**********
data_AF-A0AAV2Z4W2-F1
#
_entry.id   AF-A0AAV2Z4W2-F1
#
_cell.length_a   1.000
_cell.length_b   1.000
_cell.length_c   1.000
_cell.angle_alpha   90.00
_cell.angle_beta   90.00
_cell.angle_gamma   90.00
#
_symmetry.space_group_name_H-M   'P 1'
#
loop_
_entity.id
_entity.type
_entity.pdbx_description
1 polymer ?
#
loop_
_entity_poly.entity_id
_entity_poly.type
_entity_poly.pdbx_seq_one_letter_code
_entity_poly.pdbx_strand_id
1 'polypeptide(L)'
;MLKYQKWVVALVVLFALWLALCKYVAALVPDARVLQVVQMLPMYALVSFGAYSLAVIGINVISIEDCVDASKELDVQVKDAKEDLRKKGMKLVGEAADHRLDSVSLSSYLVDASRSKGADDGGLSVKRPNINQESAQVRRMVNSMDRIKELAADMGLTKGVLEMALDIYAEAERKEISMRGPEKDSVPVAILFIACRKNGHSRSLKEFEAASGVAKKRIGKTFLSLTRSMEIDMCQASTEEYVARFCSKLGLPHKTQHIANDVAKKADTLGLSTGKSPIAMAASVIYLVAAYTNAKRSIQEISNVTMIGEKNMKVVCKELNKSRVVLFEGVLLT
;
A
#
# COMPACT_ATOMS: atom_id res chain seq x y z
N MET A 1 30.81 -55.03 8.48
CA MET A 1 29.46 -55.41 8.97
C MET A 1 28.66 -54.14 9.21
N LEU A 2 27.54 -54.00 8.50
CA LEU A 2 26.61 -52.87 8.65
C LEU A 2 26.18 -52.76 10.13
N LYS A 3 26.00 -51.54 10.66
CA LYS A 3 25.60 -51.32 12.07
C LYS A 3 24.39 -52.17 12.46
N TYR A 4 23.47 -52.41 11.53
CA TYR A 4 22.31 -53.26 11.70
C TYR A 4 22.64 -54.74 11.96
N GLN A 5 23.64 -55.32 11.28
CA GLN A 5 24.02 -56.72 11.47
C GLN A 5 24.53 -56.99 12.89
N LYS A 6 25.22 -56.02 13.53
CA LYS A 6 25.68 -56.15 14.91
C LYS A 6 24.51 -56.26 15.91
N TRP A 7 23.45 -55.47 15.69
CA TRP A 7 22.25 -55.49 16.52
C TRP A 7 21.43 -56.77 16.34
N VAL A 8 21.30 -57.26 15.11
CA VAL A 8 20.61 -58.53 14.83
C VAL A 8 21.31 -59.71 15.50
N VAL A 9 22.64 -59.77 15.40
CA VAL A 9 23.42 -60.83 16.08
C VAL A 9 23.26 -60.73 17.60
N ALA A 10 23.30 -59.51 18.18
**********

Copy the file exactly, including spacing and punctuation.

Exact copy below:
data_AF-A0AAV2Z4W2-F1
#
_entry.id   AF-A0AAV2Z4W2-F1
#
_cell.length_a   1.000
_cell.length_b   1.000
_cell.length_c   1.000
_cell.angle_alpha   90.00
_cell.angle_beta   90.00
_cell.angle_gamma   90.00
#
_symmetry.space_group_name_H-M   'P 1'
#
loop_
_entity.id
_entity.type
_entity.pdbx_description
1 polymer ?
#
loop_
_entity_poly.entity_id
_entity_poly.type
_entity_poly.pdbx_seq_one_letter_code
_entity_poly.pdbx_strand_id
1 'polypeptide(L)'
;MLKYQKWVVALVVLFALWLALCKYVAALVPDARVLQVVQMLPMYALVSFGAYSLAVIGINVISIEDCVDASKELDVQVKDAKEDLRKKGMKLVGEAADHRLDSVSLSSYLVDASRSKGADDGGLSVKRPNINQESAQVRRMVNSMDRIKELAADMGLTKGVLEMALDIYAEAERKEISMRGPEKDSVPVAILFIACRKNGHSRSLKEFEAASGVAKKRIGKTFLSLTRSMEIDMCQASTEEYVARFCSKLGLPHKTQHIANDVAKKADTLGLSTGKSPIAMAASVIYLVAAYTNAKRSIQEISNVTMIGEKNMKVVCKELNKSRVVLFEGVLLT
;
A
#
# COMPACT_ATOMS: atom_id res chain seq x y z
N MET A 1 30.81 -55.03 8.48
CA MET A 1 29.46 -55.41 8.97
C MET A 1 28.66 -54.14 9.21
N LEU A 2 27.54 -54.00 8.50
CA LEU A 2 26.61 -52.87 8.65
C LEU A 2 26.18 -52.76 10.13
N LYS A 3 26.00 -51.54 10.66
CA LYS A 3 25.60 -51.32 12.07
C LYS A 3 24.39 -52.17 12.46
N TYR A 4 23.47 -52.41 11.53
CA TYR A 4 22.31 -53.26 11.70
C TYR A 4 22.64 -54.74 11.96
N GLN A 5 23.64 -55.32 11.28
CA GLN A 5 24.02 -56.72 11.47
C GLN A 5 24.53 -56.99 12.89
N LYS A 6 25.22 -56.02 13.53
CA LYS A 6 25.68 -56.15 14.91
C LYS A 6 24.51 -56.26 15.91
N TRP A 7 23.45 -55.47 15.69
CA TRP A 7 22.25 -55.49 16.52
C TRP A 7 21.43 -56.77 16.34
N VAL A 8 21.30 -57.26 15.11
CA VAL A 8 20.61 -58.53 14.83
C VAL A 8 21.31 -59.71 15.50
N VAL A 9 22.64 -59.77 15.40
CA VAL A 9 23.42 -60.83 16.08
C VAL A 9 23.26 -60.73 17.60
N ALA A 10 23.30 -59.51 18.18